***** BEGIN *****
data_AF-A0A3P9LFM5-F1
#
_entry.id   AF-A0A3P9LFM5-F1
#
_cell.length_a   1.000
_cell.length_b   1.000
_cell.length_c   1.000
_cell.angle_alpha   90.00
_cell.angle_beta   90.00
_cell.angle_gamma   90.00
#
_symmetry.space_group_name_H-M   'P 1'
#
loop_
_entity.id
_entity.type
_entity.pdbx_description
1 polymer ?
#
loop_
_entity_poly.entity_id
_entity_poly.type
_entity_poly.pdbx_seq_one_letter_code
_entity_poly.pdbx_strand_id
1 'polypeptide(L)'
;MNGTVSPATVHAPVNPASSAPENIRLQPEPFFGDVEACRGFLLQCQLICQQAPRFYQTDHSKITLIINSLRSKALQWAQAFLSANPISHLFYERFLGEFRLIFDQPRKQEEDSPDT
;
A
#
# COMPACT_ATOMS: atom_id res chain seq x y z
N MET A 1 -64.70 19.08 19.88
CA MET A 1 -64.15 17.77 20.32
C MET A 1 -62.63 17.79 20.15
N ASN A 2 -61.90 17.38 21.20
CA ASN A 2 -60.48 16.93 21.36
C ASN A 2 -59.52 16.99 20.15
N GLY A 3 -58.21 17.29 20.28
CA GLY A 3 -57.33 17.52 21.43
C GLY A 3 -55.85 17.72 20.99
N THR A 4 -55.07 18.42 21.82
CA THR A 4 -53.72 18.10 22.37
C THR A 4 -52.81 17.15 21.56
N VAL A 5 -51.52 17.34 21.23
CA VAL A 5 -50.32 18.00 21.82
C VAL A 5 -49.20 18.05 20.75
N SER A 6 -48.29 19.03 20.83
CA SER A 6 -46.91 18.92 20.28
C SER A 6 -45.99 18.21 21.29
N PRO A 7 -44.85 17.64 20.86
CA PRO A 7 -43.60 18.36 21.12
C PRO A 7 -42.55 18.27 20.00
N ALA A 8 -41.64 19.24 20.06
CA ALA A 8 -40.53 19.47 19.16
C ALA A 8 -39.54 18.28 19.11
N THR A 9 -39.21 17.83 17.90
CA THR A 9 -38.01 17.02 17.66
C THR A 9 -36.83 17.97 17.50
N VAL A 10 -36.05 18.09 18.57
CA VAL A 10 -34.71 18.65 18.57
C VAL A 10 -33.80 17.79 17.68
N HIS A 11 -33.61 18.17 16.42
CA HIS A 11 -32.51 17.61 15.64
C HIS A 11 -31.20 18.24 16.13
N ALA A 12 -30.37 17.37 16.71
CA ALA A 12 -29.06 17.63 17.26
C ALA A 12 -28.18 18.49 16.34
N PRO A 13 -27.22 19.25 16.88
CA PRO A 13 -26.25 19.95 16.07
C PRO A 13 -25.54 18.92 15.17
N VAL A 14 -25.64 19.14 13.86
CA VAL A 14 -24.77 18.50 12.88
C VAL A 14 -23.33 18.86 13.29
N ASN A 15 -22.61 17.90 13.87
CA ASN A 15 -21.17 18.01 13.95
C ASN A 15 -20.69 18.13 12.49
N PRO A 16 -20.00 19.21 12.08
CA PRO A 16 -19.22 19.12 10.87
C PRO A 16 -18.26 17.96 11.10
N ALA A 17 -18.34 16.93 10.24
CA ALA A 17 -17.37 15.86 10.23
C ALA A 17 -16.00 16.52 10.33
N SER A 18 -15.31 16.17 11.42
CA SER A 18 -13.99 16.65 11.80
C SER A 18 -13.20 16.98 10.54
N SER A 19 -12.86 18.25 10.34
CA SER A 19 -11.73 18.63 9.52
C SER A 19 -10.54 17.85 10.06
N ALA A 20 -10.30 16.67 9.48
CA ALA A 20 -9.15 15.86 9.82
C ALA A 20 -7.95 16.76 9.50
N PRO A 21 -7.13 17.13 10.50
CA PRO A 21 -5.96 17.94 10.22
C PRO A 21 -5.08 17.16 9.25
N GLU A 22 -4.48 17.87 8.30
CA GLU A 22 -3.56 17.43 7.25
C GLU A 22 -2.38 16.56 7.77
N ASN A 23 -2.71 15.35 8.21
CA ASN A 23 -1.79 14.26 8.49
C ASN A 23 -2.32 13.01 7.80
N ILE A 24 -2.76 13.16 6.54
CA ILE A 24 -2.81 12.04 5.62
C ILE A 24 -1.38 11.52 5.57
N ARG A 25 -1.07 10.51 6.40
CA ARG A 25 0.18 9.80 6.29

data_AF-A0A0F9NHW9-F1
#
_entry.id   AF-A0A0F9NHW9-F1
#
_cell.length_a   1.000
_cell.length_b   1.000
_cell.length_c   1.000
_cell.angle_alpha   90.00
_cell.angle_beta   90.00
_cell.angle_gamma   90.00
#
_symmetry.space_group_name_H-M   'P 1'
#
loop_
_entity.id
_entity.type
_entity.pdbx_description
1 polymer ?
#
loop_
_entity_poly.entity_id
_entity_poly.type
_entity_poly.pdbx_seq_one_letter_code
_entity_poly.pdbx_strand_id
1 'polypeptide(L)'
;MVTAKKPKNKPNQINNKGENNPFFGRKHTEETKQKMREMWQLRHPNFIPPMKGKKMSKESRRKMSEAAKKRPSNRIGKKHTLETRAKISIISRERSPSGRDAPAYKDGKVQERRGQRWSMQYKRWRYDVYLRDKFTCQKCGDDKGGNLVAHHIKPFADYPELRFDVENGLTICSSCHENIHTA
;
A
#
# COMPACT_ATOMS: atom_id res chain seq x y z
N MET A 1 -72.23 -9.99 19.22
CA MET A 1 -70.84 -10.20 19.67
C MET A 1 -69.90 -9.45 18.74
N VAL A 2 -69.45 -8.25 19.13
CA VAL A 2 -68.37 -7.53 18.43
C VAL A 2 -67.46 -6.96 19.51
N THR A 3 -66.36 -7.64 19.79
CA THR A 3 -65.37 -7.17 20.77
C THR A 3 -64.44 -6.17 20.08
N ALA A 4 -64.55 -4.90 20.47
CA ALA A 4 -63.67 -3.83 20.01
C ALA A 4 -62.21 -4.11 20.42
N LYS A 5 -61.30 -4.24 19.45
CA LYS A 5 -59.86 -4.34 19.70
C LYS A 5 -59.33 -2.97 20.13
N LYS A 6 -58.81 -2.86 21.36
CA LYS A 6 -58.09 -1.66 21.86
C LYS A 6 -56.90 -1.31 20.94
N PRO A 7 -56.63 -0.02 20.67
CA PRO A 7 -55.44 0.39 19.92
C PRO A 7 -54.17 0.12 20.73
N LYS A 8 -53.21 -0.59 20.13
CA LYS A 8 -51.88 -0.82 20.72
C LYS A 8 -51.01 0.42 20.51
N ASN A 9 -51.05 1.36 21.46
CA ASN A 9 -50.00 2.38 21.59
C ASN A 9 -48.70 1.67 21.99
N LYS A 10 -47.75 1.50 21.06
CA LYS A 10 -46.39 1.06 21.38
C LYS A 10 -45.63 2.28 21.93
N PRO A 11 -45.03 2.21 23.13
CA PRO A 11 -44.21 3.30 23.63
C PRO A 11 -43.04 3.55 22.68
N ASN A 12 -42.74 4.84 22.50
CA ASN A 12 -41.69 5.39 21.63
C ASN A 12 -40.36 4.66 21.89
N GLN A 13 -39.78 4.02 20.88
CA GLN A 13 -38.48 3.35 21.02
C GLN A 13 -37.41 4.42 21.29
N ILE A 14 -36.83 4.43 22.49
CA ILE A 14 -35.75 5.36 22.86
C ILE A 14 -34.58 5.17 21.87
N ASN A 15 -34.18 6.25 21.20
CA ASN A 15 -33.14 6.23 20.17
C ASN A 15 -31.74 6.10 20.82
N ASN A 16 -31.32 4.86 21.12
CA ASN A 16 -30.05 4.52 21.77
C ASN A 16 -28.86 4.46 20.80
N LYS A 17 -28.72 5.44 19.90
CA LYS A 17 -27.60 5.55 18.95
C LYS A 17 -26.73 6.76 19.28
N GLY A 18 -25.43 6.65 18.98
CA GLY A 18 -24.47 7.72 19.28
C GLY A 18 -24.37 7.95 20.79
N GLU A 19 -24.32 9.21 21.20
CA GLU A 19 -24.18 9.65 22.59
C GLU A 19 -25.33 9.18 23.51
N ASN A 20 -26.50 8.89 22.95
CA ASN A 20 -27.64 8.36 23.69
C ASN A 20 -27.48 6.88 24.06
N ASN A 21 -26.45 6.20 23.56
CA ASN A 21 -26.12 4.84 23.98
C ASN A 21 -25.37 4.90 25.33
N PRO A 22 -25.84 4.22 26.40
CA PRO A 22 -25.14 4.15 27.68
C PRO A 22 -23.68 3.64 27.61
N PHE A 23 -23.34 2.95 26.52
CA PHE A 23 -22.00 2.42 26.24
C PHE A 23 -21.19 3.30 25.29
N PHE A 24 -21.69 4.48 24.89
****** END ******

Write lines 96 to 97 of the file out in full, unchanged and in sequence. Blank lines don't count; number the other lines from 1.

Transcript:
C GLU A 22 -2.38 16.56 7.77
N ASN A 23 -2.71 15.35 8.21